Marquez orchestrates the story through an unnamed third person narrator who can only bring forth the information he gleans through his investigation although he is a next kin to the deceased. The reader feels baffled, as even the journalistic style cannot kindle the past that transpired twenty-seven years ago, in this particular rigid Latin American society. Marquez’s style is unique in that although the narrator tells the story in the first person, yet he also relates everything everyone is thinking. As in his other novels Marquez explores the theme of amnesia, thereby obscuring the evidence and testimony for the murder that took place so long ago. Most of the people who witnessed the gory spectacle are either dead or are suffering from obliviousness. It is strange that the policeman, Leandro Pornoy, shows no interest in the activities of the two drunken brothers. The Colonel, Lazaro Aponte, says “No one is arrested just on suspicion,”(Marquez 57) although he himself confiscated the knives from the Vicario brothers. Apart from the strange characters, the title of the novel is itself an oxymoron for the reader, as death can never be foretold. Ironically in the words of the translator, Gregory Rabassa, “The title is quite fitting, therefore, in that the death in question has been announced and is foretold, and through it Marquez has managed to keep the shock and horror of surprise.”[3]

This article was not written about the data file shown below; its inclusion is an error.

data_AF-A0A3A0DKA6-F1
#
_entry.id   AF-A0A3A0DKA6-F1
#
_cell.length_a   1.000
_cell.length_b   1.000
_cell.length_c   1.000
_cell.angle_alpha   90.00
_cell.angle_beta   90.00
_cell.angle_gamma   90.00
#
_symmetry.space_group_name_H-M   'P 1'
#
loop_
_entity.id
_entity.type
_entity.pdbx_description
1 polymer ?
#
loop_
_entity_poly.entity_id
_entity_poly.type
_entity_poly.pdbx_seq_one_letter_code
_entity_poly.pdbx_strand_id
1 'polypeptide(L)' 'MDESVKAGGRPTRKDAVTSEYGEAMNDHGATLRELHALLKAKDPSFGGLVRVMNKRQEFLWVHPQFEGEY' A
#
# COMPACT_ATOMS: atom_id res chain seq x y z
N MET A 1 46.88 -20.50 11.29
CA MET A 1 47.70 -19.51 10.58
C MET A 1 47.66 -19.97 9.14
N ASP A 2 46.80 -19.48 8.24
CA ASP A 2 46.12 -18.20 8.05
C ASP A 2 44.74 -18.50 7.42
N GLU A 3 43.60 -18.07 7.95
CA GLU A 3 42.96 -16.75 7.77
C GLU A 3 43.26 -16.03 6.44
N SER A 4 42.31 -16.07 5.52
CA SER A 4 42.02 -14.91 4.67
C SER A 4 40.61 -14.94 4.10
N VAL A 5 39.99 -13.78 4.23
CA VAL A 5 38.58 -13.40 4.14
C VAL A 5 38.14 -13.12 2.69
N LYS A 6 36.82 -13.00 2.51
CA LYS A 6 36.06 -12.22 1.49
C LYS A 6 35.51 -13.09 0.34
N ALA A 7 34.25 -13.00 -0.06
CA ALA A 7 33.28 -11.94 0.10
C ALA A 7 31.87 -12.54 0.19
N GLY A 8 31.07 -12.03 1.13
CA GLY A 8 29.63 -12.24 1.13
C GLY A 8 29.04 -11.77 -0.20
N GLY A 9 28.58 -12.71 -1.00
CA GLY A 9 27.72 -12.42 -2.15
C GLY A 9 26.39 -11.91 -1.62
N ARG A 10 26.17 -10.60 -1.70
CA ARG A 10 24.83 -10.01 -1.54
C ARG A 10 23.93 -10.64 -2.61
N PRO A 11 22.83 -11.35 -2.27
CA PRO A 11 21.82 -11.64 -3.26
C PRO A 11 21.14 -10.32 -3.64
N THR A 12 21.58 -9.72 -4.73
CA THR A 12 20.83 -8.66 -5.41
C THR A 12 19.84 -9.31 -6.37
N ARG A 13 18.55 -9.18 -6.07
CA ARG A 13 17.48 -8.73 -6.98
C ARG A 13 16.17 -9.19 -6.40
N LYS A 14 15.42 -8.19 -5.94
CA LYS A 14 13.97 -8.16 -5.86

Marquez’s style is immaculate when the narrator talks about the murder in the opening sentence of the novel; “On the day they were going to kill him”. With the technique of flashback he foreshadows the death of the protagonist with the very beginning of the novel. The reader is all the more terse and tense to know of the death but no reasons behind its justification.

    The author employs various techniques to create an element of tension and suspense in the mind of the reader. The identities of the murderers, Pedro and Pablo Vicario, are given but the author screens the details of the gruesome murder until the very end. The journalistic style adopted by the author serves as another impediment in the mind of the reader. Jeffry Lilburn says “what begins as an attempt to fill the gaps, to find out once and for all what really happened that dark and drizzly morning becomes instead a parody of any attempt to recapture and reconstruct the past”[4]. Furthermore no doubt the mind of the reader oscillates between the past and the present.